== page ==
Early back-to-school shopping trends

Consumers aren't in a big rush to start shopping, compared with previous years

NEW YORK (CNN) – Despite positive trends in the U.S. economy, things like a falling unemployment rate, and lower gas prices, American consumers remain hesitant to open their wallets, and that trend may continue through the back-to-school shopping season, typically second only to holiday shopping in terms of consumer spending.

June brought a dip in retail sales, and April and May were softer than initially estimated, according to the most recent tally and revisions by the government. Also, a survey by retailers finds consumers will continue to hold back, and find ways to save, on back-to-school expenses.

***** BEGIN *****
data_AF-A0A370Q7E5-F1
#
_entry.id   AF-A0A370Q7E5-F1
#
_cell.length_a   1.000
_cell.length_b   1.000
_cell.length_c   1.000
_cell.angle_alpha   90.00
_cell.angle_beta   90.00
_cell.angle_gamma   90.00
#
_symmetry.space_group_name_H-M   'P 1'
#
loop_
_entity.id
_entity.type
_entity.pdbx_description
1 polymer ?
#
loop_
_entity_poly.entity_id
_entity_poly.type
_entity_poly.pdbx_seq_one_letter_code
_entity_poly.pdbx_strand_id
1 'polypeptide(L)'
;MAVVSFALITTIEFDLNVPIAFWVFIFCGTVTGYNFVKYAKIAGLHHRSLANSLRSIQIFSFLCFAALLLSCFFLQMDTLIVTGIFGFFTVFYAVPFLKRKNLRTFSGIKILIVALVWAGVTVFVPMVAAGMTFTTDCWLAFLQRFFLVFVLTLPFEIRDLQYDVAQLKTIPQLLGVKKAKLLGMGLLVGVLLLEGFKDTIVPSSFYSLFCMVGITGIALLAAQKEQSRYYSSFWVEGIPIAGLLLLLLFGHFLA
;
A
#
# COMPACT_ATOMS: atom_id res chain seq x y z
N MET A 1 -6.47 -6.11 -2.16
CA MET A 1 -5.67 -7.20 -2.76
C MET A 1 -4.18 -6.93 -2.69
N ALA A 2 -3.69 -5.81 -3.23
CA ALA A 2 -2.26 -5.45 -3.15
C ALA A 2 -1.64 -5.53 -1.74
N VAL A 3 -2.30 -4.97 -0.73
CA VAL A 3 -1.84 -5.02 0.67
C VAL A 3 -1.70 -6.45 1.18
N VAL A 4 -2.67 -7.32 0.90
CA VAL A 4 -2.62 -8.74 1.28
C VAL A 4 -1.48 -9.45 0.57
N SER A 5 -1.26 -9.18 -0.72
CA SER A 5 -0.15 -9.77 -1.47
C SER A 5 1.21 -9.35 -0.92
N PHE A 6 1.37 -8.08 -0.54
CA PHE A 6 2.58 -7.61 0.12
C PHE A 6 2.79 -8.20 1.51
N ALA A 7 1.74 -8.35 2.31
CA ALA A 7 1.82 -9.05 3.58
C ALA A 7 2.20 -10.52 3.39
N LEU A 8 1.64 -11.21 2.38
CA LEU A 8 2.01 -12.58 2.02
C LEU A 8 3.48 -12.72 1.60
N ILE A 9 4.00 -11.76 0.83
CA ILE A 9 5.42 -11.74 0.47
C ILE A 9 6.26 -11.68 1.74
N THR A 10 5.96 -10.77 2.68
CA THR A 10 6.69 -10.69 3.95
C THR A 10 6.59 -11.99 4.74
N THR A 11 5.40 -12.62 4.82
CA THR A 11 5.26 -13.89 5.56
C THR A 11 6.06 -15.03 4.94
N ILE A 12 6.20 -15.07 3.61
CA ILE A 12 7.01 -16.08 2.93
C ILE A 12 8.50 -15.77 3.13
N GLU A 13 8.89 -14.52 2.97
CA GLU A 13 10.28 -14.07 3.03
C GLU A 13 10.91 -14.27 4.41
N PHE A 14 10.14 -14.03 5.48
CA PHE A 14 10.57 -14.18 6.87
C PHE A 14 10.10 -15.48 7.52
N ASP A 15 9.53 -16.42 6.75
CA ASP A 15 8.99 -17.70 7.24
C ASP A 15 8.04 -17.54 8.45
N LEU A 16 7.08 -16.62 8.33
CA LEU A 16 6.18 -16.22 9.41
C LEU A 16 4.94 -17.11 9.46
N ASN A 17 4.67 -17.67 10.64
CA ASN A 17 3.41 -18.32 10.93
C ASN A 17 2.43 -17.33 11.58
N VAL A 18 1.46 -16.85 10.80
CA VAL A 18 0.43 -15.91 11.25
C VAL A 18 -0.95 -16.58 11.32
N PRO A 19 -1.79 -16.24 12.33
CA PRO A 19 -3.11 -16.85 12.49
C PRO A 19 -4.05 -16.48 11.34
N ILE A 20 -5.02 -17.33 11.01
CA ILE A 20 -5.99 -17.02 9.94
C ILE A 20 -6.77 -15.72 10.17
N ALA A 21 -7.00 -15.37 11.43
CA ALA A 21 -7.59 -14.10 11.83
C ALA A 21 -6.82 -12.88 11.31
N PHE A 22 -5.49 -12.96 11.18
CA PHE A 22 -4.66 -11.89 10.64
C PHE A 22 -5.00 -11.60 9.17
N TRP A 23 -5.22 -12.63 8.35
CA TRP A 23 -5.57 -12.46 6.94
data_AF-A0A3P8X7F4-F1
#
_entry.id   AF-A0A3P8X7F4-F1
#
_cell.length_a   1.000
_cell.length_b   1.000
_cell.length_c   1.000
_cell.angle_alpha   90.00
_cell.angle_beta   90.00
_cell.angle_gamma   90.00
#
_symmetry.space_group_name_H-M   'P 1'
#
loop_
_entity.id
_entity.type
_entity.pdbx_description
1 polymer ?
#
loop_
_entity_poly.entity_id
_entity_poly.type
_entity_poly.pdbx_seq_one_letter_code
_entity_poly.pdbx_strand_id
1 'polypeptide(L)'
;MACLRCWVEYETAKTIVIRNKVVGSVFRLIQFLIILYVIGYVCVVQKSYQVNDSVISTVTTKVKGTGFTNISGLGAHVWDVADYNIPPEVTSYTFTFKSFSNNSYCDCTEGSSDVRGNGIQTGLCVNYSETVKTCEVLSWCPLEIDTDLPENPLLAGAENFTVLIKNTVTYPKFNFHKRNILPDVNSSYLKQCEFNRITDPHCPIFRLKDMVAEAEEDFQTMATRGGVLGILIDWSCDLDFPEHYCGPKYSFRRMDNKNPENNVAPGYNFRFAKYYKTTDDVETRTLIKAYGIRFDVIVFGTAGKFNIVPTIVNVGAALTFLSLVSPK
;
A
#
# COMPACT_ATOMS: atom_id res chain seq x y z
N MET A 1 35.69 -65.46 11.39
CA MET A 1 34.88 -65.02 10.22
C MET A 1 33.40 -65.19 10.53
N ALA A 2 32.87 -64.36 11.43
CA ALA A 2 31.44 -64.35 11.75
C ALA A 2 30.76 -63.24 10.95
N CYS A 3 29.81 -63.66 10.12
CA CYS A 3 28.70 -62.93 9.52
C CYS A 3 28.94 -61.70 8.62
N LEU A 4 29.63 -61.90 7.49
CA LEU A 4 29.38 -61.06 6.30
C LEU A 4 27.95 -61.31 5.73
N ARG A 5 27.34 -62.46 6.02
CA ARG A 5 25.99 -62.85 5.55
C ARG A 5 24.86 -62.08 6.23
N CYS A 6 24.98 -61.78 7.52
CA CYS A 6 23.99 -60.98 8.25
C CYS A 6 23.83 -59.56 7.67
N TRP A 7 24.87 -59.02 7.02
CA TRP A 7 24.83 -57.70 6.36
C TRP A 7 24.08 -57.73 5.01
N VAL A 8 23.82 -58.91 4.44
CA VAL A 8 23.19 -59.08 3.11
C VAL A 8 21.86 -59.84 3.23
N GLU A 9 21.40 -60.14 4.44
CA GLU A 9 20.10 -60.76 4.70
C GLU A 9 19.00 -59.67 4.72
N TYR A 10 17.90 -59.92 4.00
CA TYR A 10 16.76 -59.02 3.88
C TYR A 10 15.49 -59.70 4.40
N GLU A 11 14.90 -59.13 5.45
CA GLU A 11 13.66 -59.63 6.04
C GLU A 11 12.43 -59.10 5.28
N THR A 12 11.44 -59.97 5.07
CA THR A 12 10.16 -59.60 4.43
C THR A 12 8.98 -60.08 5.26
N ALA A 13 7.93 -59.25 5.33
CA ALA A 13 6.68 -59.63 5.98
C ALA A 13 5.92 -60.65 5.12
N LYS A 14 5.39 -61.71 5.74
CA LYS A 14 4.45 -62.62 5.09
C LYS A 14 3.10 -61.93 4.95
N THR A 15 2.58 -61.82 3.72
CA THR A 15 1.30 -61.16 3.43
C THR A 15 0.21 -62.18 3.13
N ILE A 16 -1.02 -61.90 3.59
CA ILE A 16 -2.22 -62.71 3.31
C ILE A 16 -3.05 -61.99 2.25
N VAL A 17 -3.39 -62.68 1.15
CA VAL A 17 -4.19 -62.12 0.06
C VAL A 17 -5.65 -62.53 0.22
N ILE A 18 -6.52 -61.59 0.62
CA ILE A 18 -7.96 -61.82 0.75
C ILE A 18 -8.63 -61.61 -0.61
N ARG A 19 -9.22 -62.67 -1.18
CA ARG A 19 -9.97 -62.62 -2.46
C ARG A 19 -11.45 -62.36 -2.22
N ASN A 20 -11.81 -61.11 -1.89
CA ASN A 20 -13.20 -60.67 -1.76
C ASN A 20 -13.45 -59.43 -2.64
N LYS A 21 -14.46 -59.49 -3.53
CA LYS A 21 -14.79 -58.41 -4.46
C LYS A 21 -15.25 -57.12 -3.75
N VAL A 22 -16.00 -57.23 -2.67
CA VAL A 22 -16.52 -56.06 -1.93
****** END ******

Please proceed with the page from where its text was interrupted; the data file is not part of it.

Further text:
An annual forecast from the National Retail Federation finds Americans planning to spend an average of 630 dollars and 36 cents on their back-to-school needs. That’s a drop of almost 39 dollars from last year.

Retailers say there are simply some back-to-school items that don’t need to be purchased every single year. That’s one reason their survey anticipates a drop in the big spending area of electronics, for example.

The survey also found consumers not in a big rush to start shopping, compared with previous years. The percentage of families getting started at least two months before the start of school dipped this year, and about 30 percent will wait until one or two week before school, likely hoping for last minute deals.

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